Google Alerts provide easy, top-line reading to keep you informed and up-to-date on industry trends and developments.
Having material will also allow you to participate regularly, while avoiding the pitfall of under- or overcommunication. (Nothing like a torrent of tweets to turn off followers.)
Timely contributions demonstrate that the proverbial “lights are on” and someone is at home in your business. If your last blog post or update is six months old, that speaks volumes.
If your only post looks like this, you’ll give the impression that you have stage fright.
On the flip side, with pressure mounting to “get out there” and participate in social media, it’s easy to feel compelled to say something… anything… just to prove you are using all the tools available. Avoid appearing inept by gaining a sense of the conversation and reading through comments and feedback before rushing in.
#5: Practice makes perfect
Hesitation stems from lack of confidence. And nothing builds confidence faster and better than practice. Fortunately, the web provides ample opportunity to perfect your brand voice. Start with your company blog (You have one, right?) and build a library of helpful articles showcasing your expertise.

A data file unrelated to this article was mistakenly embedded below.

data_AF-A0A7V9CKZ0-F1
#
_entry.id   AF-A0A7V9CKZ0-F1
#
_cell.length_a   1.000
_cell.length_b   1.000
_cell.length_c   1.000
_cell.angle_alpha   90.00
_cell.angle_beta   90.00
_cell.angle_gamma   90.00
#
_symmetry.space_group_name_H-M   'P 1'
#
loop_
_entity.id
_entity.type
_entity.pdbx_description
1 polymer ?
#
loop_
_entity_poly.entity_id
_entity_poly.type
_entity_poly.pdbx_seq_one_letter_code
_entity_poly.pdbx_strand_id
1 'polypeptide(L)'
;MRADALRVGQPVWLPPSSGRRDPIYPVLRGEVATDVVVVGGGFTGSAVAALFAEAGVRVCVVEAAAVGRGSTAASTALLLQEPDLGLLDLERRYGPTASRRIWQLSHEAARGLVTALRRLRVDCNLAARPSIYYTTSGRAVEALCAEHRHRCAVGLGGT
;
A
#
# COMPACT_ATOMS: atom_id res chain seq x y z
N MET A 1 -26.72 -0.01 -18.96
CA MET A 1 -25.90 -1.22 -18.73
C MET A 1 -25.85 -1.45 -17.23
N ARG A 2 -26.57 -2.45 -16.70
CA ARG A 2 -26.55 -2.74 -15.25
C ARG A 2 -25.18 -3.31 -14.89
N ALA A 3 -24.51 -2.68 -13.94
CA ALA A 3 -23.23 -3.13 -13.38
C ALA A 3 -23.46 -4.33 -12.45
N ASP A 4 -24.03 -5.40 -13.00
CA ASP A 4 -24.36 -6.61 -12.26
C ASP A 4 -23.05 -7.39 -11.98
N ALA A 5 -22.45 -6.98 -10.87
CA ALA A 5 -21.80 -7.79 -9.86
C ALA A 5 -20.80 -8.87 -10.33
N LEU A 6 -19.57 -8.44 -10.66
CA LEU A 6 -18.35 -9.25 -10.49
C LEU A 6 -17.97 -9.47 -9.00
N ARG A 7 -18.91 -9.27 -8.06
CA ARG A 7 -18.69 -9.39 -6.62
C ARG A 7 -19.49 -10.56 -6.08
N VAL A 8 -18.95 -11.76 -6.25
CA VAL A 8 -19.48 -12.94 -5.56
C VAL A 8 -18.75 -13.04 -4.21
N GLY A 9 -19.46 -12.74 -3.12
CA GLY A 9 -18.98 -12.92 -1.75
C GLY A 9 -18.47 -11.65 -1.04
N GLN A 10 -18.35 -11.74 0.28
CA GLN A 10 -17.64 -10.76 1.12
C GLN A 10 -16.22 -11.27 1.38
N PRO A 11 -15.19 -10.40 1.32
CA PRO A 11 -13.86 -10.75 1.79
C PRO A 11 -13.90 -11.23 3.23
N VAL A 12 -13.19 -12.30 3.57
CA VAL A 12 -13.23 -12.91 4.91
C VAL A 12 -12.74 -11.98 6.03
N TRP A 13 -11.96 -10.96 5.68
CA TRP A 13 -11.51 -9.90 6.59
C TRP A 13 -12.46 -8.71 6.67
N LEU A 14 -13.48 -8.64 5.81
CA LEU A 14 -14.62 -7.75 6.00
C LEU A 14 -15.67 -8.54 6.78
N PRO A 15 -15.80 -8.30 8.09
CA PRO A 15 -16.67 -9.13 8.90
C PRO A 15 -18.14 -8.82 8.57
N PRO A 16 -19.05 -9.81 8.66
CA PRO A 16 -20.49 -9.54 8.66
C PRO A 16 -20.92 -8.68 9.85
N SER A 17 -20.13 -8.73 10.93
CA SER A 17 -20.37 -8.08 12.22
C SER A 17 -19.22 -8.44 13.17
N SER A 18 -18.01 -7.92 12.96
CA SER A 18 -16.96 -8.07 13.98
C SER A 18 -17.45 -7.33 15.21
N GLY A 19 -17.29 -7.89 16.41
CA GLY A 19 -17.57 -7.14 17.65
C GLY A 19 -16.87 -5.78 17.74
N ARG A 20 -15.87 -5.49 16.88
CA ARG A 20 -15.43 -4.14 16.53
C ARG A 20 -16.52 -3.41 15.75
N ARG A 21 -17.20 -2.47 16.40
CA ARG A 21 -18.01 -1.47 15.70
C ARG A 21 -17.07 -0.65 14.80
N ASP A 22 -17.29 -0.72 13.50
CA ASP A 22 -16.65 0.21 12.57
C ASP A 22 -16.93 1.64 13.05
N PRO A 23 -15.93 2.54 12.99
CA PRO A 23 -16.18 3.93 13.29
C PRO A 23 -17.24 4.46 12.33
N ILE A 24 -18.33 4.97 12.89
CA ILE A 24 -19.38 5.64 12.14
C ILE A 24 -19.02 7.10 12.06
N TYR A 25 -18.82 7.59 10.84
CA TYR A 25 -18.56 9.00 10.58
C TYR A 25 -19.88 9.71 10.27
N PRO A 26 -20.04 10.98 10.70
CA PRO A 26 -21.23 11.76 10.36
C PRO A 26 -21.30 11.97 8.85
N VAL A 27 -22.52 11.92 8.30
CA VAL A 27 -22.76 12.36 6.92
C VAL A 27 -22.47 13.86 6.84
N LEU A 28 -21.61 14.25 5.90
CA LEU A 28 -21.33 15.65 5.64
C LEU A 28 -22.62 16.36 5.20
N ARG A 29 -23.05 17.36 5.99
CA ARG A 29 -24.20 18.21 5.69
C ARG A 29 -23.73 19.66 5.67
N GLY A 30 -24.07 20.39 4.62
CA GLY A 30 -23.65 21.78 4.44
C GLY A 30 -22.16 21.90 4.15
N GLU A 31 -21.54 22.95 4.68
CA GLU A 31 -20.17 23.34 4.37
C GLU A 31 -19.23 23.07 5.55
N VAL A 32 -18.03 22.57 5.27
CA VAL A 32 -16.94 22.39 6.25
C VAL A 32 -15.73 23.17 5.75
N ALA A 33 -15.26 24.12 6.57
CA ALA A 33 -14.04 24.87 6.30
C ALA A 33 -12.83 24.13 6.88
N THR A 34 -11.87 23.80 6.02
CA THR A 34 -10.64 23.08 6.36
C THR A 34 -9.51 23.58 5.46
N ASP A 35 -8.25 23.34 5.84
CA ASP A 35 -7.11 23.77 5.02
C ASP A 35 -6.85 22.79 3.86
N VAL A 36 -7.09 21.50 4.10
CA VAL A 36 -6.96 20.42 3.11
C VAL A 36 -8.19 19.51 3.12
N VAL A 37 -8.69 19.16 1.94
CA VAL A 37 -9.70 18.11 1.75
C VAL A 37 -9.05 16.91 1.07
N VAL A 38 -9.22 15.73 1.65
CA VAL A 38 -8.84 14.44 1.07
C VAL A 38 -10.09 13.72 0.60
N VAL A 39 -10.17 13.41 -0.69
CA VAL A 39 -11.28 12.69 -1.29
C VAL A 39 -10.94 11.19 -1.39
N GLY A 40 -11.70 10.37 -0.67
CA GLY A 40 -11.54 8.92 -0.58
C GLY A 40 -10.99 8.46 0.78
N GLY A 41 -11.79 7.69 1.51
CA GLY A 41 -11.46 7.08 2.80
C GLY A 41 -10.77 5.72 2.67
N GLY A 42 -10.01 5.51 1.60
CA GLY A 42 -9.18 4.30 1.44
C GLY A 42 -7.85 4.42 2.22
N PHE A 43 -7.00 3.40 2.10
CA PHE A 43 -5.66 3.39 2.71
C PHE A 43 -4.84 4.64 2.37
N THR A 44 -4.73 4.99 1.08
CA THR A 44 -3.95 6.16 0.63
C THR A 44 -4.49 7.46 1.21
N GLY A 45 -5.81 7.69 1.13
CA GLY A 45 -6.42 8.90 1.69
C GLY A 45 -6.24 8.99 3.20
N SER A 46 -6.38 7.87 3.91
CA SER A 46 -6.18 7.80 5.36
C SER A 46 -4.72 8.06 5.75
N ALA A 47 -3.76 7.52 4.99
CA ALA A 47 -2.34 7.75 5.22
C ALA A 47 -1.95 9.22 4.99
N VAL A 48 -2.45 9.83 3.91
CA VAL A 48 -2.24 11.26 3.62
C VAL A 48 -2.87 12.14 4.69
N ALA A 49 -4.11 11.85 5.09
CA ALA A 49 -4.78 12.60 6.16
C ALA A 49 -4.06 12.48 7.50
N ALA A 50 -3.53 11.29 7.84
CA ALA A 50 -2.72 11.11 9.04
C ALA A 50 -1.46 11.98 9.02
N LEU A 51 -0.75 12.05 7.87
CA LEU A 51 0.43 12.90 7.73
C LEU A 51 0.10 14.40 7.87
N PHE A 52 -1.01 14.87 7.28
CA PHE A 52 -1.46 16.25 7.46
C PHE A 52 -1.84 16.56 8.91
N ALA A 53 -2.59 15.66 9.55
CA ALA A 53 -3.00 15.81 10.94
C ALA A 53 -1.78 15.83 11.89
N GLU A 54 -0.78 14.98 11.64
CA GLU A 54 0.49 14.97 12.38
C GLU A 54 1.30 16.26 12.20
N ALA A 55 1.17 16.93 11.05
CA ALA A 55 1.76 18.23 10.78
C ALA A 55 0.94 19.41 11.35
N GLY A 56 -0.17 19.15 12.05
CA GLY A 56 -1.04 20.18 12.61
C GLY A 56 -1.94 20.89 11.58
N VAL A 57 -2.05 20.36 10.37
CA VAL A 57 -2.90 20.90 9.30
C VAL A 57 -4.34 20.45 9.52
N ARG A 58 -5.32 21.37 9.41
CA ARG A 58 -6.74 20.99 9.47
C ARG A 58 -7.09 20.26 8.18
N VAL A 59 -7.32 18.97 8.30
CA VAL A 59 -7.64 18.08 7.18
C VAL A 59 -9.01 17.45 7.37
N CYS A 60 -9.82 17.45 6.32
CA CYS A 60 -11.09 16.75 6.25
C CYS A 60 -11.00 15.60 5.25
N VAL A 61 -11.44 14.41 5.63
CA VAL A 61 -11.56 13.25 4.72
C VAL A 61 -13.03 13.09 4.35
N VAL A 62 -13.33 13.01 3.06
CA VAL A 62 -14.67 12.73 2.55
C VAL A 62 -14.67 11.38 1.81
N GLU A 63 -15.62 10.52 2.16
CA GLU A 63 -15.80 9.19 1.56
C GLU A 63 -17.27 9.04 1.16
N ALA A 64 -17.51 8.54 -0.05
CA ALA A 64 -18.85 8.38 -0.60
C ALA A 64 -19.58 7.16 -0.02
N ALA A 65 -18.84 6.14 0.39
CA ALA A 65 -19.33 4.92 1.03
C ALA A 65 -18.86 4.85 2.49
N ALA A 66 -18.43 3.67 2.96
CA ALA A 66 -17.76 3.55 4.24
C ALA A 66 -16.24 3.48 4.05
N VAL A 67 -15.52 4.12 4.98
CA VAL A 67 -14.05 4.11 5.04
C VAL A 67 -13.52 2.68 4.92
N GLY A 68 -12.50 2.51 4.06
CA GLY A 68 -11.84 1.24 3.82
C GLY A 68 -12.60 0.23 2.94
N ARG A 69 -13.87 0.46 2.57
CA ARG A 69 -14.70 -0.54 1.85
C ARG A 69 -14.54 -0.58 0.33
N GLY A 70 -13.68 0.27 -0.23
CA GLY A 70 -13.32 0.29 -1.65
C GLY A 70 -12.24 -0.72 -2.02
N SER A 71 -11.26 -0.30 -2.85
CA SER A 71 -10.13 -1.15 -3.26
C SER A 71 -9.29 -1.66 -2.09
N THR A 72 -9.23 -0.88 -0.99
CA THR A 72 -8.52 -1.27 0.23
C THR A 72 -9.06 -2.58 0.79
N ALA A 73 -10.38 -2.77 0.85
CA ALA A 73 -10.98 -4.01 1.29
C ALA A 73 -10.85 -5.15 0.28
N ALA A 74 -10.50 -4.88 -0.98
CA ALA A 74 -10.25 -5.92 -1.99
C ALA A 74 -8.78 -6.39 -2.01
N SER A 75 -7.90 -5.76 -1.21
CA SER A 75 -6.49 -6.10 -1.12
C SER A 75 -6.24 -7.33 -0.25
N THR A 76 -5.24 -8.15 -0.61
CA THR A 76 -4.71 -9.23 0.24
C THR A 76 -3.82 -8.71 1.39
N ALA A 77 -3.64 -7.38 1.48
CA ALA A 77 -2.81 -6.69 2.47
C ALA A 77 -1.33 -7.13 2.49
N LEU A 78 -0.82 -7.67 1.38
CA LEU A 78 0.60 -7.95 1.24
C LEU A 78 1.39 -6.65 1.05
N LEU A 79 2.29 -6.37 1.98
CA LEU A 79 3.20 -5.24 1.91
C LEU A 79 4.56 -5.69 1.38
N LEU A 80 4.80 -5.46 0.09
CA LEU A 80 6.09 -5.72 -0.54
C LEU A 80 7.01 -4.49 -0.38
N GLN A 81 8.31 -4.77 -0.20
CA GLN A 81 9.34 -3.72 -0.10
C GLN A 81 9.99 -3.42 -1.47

These gems can be repurposed and submitted to various article directories to further amplify your message. Reach out to online publications and blog sites as a contributing author. Pepper in a few good tweets, Facebook updates and LinkedIn contributions, and you have the makings of a recognized voice in your industry.
Knowing your brand personality and audience, speaking consistently at the right time and honing your message will improve your brand voice and strengthen your identity. By following these five simple guidelines, you’ll feel more at ease communicating to a growing audience. In the end, you’ll be writing your own words, while speaking your customers’ language.
What do you think? How steady is your brand voice? Has social media affected what you say and how you say it? If so, share your experiences in the comments box below.